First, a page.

Wood, Denis. “Maps Work by Serving Interests.”
Wood, Denis. “Maps Work by Serving Interests,” The Power of Maps, Guilford, 1992, pp. 4-25.
In this chapter, Wood discusses the function and value of maps. He explains that maps connect us with the past and the present and allow us to interact with previous cartographers of the same land. Through maps, we connect with each other, as well as with the world around us because maps allow us to do so. Wood claims this chapter, “attempts to say how it is that maps work, how they make present –so that we can use it today—the accumulated thought and labor of the past” (2).
“And this, essentially is what maps give us, reality, a reality that exceeds our vision, our reach, the span of our days, a reality we achieve no other way” (Wood 4).
“Ultimately, the map presents us with the reality we know as differentiated from the reality we see and hear and feel. The map doesn’t let us see anything, but it does let us know what others have seen or found out or discovered, other often living but more often dead, the things they learned piled up in the layer on top of layer so that to study even the simplest-looking image is to peer back through ages of cultural acquisition” (Wood 7).
“It is this ability to link the territory with what comes with it that has made maps so valuable to so many for so long” (Wood 10).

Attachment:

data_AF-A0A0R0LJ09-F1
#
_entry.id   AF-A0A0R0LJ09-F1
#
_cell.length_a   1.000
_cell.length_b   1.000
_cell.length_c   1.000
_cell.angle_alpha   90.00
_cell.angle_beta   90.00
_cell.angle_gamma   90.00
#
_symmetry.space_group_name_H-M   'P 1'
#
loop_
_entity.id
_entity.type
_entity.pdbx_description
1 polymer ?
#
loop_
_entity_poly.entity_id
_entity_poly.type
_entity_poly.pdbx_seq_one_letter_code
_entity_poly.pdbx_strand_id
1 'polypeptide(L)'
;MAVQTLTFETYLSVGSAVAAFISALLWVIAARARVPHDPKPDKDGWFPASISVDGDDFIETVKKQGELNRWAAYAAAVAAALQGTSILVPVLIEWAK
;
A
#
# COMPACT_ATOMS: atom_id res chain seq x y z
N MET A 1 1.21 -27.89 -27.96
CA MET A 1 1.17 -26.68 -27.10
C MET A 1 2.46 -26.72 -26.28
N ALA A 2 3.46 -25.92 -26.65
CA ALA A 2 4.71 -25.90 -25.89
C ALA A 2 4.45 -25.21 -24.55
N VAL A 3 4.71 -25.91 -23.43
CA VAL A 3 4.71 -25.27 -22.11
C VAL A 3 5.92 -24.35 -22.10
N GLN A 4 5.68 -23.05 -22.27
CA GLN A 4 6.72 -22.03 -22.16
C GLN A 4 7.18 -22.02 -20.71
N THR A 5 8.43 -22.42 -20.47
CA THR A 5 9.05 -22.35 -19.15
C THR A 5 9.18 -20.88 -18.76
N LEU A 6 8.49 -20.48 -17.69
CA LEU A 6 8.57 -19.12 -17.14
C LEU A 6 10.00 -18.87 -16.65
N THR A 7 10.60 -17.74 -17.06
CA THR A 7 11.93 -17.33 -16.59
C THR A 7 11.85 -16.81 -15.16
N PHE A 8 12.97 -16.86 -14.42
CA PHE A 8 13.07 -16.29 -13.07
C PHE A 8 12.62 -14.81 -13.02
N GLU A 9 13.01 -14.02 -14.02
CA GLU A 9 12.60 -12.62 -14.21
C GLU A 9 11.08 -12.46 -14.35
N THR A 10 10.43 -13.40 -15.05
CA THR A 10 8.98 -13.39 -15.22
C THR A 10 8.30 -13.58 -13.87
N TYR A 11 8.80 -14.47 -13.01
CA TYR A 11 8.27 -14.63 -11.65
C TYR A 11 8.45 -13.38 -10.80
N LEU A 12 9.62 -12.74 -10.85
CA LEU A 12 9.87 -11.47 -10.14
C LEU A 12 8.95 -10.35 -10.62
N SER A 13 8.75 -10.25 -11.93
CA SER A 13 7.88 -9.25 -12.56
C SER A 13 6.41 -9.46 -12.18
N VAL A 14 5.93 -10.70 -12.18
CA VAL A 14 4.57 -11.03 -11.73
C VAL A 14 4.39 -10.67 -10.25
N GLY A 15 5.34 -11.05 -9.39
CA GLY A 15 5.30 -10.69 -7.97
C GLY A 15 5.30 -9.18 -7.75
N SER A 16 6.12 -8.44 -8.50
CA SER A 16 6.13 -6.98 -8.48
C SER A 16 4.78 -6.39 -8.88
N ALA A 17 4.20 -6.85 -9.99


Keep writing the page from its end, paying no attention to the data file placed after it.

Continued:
“Better simply…to admit it that knowledge of the map is knowledge of the world from which it emerges—as a casting from its mold, as a shoe from its last—isomorphic counter-image to everything in a society that conspires to produce it” (Wood 18).
“That is, maps, all maps, inevitable, unavoidably, necessarily embody their authors’ prejudices, biases and partialities (not to mention the less frequently observed art, curiosity, elegance, focus, care, imagination, attention, intelligence and scholarship their makers’ bring to their labor)” (Wood 24).
If maps allow us to experience the world in a more specific way, seen through the eyes of the past (Wood 9), but we still live our lives in the way we choose, regardless of the impact of the map, then what true impact do maps have on our realities?
This may sound cynical, but I can’t help but wonder about the usage of maps. If, as Wood claims, maps play a vital role in our society by linking the past with the present, especially regarding property taxes and the function of the land, then why doesn’t society utilize maps in a more mainstream fashion?
“That is, maps, all maps, inevitable, unavoidably, necessarily embody their authors’ prejudices, biases and partialities (not to mention the less frequently observed art, curiosity, elegance, focus, care, imagination, attention, intelligence and scholarship their makers’ bring to their labor)” (Wood 24). Wood discusses the authors’ influences on maps here, and I can’t help but wonder: how do these influences affect the reliability of maps as artifacts of reality?
Harley, Brian J. “Text and Contexts in the Interpretation of Early Maps.” From Sea Charts to Satellite Images: Interpreting North American History Through Maps, edited by David Buisseret, U of Chicago P, 1990, pp. 3-4.
Mueller, Derek, et al. “Emplaced Disciplinary Networks from Middle Altitude.” Cross-Border Networks in Writing Studies, Inkshed and Parlor Press, 2017, pp. 20-45.